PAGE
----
Thursday, October 30, 2014

Great Things I See In Math Classrooms Part I

I thought it would be useful to share some of the great things I see in classrooms as I am out and about each week.  I get to see math happening at all grade levels, from Kindergarten through Middle School, so I will share reflections from math classes of multiple grade levels.  Keep in mind early elementary content and learning has many connections to middle level learning, and vice-versa.

I will not use any names unless individuals have given me specific permission to do so.

Students Sharing Their Strategies With Confidence... In 2nd Grade!

This is so hugely important I cannot even begin to emphasize it enough.  I witnessed a great sequence of whole class instruction into stations (aka centers) recently.  The whole class instruction portion began with a number story projected on the wall, and each student had individual white-boards with them.  Students were asked to write their solutions and share their strategies for finding each solution. What was special about this was not just that these students were being asked to share their thinking, but how comfortable and confident they were in the process of sharing their thinking:  

"I knew the answer was 7, because there were 13 and we had to take away 6.  I know that 12 minus 6 is 6, because it is a 'double' fact.  So since 13 is one more than 12, the answer must be one more than 6, which is 7."  

Not every student's strategy was correct, but it was clear to me that these students had become comfortable with this kind of sharing-- and that is not easy to facilitate as a teacher, especially with grades 1 and 2.  This section of the lesson, which took about 25 minutes, allowed students to practice their addition and subtraction strategies with four separate number stories.  It also gave them a chance to practice sharing their thinking out loud.  These second graders were not being asked to reflect upon their thinking; they were being asked to show their thinking and they were making great progress!   And just as the kids were showing signs they had had enough of this kind of thinking, they were asked to transition to the floor to hear a very quick set of directions for their centers.  The centers involved rotating through two separate fact activities and an opportunity to work on math boxes/ independent practice.   Students were able to have fun and demonstrate some independent responsibility while the teacher had opportunities to check in with individuals.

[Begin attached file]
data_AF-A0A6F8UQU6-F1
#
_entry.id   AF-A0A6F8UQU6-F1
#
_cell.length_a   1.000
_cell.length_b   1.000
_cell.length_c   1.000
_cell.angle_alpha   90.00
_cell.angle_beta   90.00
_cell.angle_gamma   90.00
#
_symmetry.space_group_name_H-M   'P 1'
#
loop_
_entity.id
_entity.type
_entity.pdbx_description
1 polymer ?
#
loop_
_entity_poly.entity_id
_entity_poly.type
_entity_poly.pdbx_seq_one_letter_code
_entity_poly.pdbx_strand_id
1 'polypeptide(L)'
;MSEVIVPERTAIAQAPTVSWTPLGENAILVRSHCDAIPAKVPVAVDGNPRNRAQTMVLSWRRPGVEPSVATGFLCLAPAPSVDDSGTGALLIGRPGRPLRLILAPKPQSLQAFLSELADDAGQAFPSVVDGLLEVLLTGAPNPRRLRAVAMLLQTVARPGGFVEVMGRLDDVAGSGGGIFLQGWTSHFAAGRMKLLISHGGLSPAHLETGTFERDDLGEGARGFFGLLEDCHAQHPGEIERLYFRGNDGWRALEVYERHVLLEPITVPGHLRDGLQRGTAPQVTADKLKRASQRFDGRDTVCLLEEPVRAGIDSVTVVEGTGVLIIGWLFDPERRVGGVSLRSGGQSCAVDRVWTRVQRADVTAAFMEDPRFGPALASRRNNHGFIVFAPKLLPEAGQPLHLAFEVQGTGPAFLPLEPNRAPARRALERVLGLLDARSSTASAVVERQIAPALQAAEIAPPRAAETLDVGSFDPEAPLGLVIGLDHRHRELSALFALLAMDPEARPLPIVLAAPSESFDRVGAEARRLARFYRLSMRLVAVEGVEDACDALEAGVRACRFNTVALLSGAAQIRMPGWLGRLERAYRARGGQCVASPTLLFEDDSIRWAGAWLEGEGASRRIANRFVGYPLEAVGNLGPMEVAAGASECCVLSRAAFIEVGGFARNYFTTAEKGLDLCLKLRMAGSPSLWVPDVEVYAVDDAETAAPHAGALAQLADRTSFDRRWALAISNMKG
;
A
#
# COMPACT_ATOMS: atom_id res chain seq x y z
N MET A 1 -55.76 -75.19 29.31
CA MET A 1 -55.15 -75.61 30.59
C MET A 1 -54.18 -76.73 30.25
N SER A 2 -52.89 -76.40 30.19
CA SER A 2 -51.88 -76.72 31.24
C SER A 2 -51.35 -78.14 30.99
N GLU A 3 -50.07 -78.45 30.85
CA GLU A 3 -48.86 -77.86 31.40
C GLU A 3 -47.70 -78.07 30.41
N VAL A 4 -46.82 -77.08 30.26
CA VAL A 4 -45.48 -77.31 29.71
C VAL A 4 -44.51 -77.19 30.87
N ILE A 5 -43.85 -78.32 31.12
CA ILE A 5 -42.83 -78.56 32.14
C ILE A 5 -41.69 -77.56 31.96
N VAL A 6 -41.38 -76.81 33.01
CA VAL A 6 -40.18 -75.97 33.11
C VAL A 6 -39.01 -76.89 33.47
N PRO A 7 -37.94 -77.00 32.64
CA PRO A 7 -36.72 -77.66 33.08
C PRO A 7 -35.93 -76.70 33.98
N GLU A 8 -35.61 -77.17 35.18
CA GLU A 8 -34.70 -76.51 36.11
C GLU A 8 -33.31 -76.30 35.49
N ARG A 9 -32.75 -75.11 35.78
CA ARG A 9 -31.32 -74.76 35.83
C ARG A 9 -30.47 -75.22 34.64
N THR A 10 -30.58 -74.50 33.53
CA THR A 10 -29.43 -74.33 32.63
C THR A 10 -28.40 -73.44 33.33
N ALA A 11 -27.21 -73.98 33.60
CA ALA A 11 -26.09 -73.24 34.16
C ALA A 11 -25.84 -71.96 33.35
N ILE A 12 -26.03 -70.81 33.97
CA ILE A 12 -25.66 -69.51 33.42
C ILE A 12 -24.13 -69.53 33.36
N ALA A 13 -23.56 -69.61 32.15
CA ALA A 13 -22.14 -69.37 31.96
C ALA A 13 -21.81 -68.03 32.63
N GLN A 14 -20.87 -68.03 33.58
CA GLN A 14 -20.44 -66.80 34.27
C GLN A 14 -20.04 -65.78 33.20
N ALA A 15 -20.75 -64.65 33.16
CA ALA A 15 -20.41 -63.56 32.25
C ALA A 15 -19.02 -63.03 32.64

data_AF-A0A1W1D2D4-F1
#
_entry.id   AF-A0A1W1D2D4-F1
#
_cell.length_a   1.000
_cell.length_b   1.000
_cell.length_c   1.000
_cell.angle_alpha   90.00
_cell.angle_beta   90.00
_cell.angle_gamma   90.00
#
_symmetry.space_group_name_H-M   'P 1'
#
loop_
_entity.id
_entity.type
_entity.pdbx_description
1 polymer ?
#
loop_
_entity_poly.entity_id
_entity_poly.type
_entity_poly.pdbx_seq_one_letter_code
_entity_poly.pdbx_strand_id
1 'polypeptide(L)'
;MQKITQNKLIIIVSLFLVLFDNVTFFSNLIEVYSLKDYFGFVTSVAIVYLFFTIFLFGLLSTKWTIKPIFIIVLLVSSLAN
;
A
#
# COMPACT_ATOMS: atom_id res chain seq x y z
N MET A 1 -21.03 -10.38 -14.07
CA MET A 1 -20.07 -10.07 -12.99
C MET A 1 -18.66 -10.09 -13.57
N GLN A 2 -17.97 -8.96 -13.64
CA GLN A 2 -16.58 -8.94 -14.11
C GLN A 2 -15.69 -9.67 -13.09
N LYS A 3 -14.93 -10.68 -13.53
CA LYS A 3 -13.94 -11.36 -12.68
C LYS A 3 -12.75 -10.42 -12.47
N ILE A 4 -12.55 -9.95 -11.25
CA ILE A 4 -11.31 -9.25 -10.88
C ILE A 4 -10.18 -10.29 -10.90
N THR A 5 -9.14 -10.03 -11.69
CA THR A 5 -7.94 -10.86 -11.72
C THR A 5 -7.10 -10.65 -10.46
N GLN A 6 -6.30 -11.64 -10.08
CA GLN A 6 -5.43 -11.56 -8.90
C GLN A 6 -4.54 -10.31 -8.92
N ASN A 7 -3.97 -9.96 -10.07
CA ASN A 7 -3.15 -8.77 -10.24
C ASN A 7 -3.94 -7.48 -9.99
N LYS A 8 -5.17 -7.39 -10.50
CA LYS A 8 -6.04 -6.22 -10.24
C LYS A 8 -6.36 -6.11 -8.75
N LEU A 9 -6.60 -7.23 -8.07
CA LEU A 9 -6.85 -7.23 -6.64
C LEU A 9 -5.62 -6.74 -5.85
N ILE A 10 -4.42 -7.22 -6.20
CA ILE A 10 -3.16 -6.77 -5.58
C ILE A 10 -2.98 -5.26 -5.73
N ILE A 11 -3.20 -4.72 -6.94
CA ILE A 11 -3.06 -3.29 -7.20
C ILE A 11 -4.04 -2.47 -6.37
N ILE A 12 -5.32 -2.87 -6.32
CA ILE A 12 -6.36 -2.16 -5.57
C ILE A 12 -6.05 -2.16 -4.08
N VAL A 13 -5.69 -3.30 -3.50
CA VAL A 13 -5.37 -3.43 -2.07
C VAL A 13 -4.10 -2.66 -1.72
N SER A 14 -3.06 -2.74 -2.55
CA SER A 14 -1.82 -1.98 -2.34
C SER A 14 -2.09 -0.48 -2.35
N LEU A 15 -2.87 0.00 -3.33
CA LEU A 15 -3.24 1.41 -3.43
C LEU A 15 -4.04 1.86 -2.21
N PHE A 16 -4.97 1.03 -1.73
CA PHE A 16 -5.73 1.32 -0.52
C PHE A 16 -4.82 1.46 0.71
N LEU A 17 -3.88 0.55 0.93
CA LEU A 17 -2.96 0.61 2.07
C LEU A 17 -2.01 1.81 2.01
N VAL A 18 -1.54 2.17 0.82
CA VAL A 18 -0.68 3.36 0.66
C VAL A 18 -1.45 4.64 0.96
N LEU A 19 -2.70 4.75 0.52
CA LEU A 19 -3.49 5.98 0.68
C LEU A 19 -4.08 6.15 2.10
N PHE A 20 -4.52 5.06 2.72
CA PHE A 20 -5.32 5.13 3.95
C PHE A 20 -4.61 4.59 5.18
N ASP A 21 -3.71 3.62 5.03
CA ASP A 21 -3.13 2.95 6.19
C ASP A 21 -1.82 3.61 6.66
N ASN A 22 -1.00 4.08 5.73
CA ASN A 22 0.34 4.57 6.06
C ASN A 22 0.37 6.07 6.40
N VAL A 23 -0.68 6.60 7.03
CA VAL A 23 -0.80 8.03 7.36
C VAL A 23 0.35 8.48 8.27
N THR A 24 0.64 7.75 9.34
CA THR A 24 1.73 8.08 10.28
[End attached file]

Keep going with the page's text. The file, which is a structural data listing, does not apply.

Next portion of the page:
The key take-away from this math lesson is that every opportunity students have to practice sharing strategies is greatly beneficial to their learning and understanding of concepts and operations, and also beneficial to their learning how to become effective communicators.  As the years pass, these students will be asked to share their thinking a lot, as well as collaborate to solve problems and transfer their thinking/ strategies into writing.  These students' 3rd grade teachers next year will be appreciative of the work they have done this year in 2nd grade (and their 7th grade math teacher will appreciate it five years from now, too).  

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